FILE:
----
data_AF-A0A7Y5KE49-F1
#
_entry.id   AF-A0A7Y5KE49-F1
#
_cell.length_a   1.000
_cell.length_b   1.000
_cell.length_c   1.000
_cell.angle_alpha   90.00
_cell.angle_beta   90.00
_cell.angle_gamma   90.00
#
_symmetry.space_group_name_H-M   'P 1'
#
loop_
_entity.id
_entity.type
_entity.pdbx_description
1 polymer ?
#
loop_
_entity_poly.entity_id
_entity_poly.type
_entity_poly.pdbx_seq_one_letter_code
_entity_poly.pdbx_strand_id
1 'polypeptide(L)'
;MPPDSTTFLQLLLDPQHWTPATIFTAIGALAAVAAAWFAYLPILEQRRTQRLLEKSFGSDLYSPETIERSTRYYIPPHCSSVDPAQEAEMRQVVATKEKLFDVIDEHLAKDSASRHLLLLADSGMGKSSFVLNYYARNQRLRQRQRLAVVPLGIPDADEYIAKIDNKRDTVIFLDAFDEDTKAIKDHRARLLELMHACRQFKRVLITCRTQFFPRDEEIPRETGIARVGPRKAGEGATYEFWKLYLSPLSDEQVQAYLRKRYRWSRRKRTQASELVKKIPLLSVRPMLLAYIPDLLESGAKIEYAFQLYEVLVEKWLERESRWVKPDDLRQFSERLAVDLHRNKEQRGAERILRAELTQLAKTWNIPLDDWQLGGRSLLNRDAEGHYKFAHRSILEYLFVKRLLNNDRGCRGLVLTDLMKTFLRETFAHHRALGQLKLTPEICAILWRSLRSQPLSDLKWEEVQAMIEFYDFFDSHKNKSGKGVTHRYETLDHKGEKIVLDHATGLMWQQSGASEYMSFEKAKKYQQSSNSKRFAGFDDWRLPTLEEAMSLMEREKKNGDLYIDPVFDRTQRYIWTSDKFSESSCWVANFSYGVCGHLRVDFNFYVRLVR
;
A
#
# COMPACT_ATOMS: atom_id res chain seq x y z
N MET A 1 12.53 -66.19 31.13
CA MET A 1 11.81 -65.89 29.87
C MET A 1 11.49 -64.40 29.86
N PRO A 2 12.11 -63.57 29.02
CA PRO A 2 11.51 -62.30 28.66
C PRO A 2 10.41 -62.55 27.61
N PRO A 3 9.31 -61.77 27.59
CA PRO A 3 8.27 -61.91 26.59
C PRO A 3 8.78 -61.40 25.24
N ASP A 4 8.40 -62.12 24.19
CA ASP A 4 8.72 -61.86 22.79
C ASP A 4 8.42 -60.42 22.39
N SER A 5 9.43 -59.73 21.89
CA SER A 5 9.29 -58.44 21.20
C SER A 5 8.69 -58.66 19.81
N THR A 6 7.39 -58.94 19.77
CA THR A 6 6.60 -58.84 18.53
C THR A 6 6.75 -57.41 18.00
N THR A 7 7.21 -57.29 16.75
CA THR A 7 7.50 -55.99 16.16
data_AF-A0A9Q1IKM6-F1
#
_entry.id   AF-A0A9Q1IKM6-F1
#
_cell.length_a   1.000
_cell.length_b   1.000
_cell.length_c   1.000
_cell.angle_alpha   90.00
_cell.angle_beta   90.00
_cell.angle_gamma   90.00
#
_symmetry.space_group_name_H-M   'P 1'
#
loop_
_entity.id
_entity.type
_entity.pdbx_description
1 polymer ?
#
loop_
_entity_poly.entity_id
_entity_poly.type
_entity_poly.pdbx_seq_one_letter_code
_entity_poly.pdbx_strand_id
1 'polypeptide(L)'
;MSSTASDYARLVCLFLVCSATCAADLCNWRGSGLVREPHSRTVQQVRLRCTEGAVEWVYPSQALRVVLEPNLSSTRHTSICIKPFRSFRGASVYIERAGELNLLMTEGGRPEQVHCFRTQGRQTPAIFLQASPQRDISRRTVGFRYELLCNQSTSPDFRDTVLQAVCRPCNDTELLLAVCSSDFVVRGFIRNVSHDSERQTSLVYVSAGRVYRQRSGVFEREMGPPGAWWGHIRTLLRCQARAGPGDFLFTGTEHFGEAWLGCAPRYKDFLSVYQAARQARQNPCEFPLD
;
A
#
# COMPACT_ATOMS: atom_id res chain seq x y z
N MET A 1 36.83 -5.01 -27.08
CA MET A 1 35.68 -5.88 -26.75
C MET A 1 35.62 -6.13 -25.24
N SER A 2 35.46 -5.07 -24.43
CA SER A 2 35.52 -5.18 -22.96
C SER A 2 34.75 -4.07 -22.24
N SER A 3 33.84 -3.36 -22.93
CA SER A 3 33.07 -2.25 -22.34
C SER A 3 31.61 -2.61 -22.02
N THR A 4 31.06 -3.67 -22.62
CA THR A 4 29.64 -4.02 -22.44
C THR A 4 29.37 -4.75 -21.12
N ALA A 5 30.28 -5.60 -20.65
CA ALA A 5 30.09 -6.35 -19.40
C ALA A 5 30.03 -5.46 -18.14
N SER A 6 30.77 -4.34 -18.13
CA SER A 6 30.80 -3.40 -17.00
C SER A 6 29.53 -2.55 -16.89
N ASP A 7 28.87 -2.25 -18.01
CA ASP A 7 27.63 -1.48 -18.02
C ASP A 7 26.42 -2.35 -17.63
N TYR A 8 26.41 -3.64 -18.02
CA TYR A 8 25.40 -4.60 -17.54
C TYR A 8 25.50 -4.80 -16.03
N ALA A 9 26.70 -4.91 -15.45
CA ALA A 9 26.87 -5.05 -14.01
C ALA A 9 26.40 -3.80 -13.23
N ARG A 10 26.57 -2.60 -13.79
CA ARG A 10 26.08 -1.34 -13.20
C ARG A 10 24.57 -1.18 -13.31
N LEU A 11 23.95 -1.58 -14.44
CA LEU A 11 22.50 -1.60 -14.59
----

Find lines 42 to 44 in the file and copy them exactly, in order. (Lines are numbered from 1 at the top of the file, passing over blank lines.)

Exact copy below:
C ASP A 4 8.42 -60.42 22.39
N SER A 5 9.43 -59.73 21.89
CA SER A 5 9.29 -58.44 21.20